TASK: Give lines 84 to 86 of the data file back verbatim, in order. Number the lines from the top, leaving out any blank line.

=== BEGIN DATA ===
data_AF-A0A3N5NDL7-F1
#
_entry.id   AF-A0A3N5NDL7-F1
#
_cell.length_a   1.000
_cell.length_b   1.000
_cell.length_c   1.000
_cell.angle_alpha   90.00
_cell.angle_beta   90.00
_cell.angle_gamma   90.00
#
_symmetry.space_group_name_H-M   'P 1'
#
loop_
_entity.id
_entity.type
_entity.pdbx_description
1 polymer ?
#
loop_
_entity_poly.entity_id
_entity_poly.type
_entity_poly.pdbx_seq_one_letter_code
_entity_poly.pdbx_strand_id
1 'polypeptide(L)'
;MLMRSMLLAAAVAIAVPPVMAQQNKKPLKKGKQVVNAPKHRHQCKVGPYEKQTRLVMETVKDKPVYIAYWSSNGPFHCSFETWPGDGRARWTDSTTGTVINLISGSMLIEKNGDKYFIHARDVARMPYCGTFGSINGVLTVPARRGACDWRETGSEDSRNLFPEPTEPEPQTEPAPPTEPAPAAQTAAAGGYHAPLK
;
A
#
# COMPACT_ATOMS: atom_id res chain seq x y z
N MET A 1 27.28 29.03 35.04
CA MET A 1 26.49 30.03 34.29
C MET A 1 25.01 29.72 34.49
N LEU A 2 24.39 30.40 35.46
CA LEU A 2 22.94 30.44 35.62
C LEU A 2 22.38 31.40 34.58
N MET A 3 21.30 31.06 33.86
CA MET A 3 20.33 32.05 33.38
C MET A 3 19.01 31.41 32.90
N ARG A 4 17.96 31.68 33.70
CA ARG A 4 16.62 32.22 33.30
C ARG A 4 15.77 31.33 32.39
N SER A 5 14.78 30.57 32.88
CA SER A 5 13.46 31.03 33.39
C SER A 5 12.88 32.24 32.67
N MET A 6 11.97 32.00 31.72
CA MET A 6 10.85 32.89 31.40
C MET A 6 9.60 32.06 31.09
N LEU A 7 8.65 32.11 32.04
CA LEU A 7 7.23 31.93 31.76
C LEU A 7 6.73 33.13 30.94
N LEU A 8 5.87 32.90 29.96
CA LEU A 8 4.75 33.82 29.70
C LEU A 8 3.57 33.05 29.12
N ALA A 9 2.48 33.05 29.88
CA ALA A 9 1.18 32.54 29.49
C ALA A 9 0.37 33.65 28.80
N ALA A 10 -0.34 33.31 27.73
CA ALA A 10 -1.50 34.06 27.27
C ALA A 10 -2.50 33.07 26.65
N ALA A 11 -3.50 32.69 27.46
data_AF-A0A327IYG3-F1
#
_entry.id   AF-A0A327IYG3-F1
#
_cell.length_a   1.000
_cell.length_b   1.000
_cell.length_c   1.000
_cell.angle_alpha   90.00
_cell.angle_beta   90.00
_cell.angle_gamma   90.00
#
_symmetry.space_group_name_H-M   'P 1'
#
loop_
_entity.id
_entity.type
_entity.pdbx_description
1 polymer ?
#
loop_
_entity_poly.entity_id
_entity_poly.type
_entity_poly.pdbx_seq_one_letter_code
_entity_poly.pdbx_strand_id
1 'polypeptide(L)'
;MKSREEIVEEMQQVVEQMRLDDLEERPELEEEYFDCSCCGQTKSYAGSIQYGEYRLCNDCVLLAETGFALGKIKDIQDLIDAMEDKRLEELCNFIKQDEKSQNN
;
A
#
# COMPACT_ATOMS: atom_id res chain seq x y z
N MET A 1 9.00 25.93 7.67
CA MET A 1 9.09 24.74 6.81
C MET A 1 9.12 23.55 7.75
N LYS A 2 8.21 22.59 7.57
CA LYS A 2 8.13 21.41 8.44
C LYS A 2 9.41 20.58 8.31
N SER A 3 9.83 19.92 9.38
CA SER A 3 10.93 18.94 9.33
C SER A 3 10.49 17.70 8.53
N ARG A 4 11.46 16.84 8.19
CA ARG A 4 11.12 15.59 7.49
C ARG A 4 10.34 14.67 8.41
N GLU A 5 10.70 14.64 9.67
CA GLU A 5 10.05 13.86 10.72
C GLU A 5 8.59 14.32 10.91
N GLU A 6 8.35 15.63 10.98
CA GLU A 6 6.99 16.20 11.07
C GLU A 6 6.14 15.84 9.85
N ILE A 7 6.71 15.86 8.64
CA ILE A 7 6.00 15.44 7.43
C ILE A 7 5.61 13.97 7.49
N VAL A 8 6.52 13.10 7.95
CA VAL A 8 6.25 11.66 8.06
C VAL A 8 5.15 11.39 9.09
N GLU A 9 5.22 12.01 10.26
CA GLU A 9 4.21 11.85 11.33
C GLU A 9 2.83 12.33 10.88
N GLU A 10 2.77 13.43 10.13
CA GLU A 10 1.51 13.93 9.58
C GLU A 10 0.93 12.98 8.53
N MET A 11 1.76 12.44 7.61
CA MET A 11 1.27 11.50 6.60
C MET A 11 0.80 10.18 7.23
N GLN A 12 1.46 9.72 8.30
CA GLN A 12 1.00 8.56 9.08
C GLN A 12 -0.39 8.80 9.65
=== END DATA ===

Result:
_entity_poly.pdbx_seq_one_letter_code
_entity_poly.pdbx_strand_id
1 'polypeptide(L)'